wireweinie's Avatar
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    Quote Originally Posted by gravytime View Post
    Thanks for the info. I’ll take a look at Becker and Microair and probably skip the wind generator. Already planning an external antenna. Any recommendations for the best battery to power it?
    Calculate the size according to the load you'll put on it. Look at AGM style batteries. Stands for absorbent glass mat. Very compact and hold a charge well.

    Web
    Life's tough . . . wear a cup.

  19. #19

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    Don 't recommend Flightline. Mine worked great for 11 months. Then it smoked. No real service or warranty. Out the $800.

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    As to a specific battery - we have been using the Yuasa 7 ah cells. I think they are AGM. I had a failure yesterday, but it was 5 years old. The one driving my SL-40 has six tach hours on it, continuous pattern work. I keep two fully charged spares on the workbench, and one in the Cub.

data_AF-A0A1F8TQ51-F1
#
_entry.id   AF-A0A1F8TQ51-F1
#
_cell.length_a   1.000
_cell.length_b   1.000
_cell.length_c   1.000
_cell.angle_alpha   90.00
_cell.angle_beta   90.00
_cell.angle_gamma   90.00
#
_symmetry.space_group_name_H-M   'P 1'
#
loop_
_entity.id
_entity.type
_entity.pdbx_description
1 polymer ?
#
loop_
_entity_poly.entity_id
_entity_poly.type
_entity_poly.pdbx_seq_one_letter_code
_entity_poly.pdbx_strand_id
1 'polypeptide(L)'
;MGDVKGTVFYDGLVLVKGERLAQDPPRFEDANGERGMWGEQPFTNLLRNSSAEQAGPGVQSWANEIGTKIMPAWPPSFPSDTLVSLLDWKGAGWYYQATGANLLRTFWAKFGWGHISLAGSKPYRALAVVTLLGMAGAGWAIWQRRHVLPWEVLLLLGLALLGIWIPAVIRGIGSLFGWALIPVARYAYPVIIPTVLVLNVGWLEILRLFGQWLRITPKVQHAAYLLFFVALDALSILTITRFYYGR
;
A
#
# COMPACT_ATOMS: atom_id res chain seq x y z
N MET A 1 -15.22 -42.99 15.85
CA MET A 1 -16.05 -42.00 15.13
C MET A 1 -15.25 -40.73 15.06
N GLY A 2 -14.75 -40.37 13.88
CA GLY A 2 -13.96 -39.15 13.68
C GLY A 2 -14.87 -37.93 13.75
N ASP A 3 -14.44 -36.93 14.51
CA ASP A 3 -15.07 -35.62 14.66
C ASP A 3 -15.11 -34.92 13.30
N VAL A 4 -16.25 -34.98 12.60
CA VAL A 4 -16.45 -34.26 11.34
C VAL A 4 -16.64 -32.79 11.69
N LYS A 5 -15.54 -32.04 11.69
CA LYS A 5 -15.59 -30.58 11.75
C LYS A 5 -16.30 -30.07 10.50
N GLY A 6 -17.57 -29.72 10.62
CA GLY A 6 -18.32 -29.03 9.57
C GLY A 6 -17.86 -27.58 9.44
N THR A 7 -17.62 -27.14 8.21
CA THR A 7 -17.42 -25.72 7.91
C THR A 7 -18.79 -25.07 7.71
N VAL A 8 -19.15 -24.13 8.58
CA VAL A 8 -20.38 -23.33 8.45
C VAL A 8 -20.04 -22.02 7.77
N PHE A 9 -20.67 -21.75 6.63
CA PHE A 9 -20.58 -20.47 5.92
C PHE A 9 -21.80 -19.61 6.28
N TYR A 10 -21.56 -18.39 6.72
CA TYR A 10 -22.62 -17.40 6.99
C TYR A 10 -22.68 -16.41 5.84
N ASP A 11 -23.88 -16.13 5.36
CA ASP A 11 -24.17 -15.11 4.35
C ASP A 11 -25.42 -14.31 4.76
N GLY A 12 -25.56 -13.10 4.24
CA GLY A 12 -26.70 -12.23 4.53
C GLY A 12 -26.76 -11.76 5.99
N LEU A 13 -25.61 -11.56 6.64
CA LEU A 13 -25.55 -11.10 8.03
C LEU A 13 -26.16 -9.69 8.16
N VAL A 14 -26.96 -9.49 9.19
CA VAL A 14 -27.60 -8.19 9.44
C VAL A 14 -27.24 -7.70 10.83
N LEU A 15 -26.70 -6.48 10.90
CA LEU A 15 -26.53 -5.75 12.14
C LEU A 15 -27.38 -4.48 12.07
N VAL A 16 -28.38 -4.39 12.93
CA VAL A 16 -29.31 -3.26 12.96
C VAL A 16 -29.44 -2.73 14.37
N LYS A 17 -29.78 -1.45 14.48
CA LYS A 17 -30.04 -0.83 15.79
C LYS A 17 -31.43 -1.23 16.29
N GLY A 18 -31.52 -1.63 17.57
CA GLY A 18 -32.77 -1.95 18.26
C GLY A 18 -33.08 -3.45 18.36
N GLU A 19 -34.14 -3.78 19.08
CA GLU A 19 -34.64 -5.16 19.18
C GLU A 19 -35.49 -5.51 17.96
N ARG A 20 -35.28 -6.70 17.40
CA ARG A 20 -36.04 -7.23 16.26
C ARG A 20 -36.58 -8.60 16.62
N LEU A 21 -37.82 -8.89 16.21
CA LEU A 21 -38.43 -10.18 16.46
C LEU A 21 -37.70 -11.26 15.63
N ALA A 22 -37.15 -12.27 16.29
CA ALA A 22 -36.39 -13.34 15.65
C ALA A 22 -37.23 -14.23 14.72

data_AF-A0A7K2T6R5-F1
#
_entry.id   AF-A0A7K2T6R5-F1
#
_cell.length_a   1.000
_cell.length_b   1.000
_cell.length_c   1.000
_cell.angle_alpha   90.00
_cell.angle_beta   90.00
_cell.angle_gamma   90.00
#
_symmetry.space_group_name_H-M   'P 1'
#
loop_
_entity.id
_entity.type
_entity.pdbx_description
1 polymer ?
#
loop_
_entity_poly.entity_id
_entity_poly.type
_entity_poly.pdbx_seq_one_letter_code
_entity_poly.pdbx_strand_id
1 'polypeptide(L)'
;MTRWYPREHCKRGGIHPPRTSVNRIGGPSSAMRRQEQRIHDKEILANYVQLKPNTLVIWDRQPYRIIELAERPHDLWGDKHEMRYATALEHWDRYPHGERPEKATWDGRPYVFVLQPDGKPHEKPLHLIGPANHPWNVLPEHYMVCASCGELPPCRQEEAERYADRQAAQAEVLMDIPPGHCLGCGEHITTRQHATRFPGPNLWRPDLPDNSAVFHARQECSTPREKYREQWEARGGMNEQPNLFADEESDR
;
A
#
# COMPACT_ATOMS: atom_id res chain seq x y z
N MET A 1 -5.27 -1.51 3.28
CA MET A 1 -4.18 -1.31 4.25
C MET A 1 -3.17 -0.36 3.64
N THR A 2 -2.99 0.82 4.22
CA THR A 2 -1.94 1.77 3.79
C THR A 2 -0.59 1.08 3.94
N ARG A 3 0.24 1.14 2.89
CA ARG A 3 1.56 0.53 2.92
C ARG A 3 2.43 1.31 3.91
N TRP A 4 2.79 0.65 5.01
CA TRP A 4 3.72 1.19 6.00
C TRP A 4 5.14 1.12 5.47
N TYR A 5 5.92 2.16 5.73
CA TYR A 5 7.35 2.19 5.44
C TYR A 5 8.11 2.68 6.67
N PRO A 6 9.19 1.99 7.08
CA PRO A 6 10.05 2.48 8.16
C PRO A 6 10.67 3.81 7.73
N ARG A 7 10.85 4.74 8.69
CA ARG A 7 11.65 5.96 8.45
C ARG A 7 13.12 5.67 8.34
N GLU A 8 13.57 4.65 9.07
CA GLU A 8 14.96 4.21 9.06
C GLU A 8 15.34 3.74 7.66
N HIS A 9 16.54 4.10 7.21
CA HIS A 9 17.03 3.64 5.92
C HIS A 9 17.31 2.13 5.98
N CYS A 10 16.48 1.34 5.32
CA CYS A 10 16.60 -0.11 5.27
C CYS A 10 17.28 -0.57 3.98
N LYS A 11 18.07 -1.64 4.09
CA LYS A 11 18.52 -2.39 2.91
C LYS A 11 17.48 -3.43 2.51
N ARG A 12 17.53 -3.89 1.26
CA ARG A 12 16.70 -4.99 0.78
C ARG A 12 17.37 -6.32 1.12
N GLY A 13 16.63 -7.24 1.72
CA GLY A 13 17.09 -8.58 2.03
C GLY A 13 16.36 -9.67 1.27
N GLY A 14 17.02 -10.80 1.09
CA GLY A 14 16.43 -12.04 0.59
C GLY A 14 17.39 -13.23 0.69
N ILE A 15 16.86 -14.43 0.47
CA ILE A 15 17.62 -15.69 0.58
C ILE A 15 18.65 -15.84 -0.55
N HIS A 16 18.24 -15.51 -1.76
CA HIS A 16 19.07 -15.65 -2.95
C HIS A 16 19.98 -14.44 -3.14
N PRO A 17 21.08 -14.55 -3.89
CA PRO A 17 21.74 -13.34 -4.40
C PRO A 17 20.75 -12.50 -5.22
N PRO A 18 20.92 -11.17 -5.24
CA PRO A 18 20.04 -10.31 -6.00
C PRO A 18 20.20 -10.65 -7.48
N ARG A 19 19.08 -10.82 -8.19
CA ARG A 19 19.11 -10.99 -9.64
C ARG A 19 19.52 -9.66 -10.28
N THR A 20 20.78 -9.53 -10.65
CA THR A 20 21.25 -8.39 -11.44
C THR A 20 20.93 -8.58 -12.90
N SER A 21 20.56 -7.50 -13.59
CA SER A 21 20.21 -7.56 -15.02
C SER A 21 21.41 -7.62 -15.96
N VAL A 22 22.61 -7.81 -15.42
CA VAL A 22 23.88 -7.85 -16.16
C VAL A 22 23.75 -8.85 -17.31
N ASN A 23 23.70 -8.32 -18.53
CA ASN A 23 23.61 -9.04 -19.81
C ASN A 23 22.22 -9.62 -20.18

But - we are using the PC-545 for the J-3 starters. They give between 50 and 75 starts per charge - I guess depending on how carefully I charge them. I am going to bite the bullet and get an Odyssey charger, just to make sure.

    And I am giving consideration to using the 545 as the radio source, or maybe as a backup. All it will take is a fuse, a DPDT switch, and me getting off the couch. We have been using the Odysseys for two years, almost, with zero problems.

  21. #21
    Farmboy's Avatar
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    I installed a GTR-200 as Bob did and loved it as well. I do believe it likes power though and if you’re the talkative sort (flying with friends) it will start transmitting “with reduced power” as the battery voltage drops.
    I’m a believer in a wind generator, but on the experimental side.


    Sent from my iPhone using SuperCub.Org

  22. #22
    cubdriver2's Avatar
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    Still using my 25 YO Icom 21 in my J4

    Glenn
    "Optimism is going after Moby Dick in a rowboat and taking the tartar sauce with you!"

  23. #23
    mvivion's Avatar
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    Quote Originally Posted by gravytime View Post
    Thanks for the info. I’ll take a look at Becker and Microair and probably skip the wind generator. Already planning an external antenna. Any recommendations for the best battery to power it?